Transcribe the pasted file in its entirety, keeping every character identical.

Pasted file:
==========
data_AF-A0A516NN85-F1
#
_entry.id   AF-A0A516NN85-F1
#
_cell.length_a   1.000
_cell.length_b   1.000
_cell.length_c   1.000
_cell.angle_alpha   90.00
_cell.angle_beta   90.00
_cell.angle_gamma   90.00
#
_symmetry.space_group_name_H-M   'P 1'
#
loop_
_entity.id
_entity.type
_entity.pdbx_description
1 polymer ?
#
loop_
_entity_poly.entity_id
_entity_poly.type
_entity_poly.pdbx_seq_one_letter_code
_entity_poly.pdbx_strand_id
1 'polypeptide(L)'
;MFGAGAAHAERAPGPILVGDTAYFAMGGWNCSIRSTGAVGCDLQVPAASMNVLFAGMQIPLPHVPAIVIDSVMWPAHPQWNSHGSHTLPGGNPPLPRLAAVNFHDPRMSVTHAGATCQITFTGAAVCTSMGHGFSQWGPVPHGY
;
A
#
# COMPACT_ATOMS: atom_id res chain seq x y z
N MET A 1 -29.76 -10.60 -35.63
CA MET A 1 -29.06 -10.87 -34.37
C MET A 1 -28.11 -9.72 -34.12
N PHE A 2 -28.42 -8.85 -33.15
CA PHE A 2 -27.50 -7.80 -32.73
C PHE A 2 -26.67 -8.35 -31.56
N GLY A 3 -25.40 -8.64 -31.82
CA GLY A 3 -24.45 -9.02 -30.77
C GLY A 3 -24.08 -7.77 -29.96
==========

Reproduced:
data_AF-A0A516NN85-F1
#
_entry.id   AF-A0A516NN85-F1
#
_cell.length_a   1.000
_cell.length_b   1.000
_cell.length_c   1.000
_cell.angle_alpha   90.00
_cell.angle_beta   90.00
_cell.angle_gamma   90.00
#
_symmetry.space_group_name_H-M   'P 1'
#
loop_
_entity.id
_entity.type
_entity.pdbx_description
1 polymer ?
#
loop_
_entity_poly.entity_id
_entity_poly.type
_entity_poly.pdbx_seq_one_letter_code
_entity_poly.pdbx_strand_id
1 'polypeptide(L)'
;MFGAGAAHAERAPGPILVGDTAYFAMGGWNCSIRSTGAVGCDLQVPAASMNVLFAGMQIPLPHVPAIVIDSVMWPAHPQWNSHGSHTLPGGNPPLPRLAAVNFHDPRMSVTHAGATCQITFTGAAVCTSMGHGFSQWGPVPHGY
;
A
#
# COMPACT_ATOMS: atom_id res chain seq x y z
N MET A 1 -29.76 -10.60 -35.63
CA MET A 1 -29.06 -10.87 -34.37
C MET A 1 -28.11 -9.72 -34.12
N PHE A 2 -28.42 -8.85 -33.15
CA PHE A 2 -27.50 -7.80 -32.73
C PHE A 2 -26.67 -8.35 -31.56
N GLY A 3 -25.40 -8.64 -31.82
CA GLY A 3 -24.45 -9.02 -30.77
C GLY A 3 -24.08 -7.77 -29.96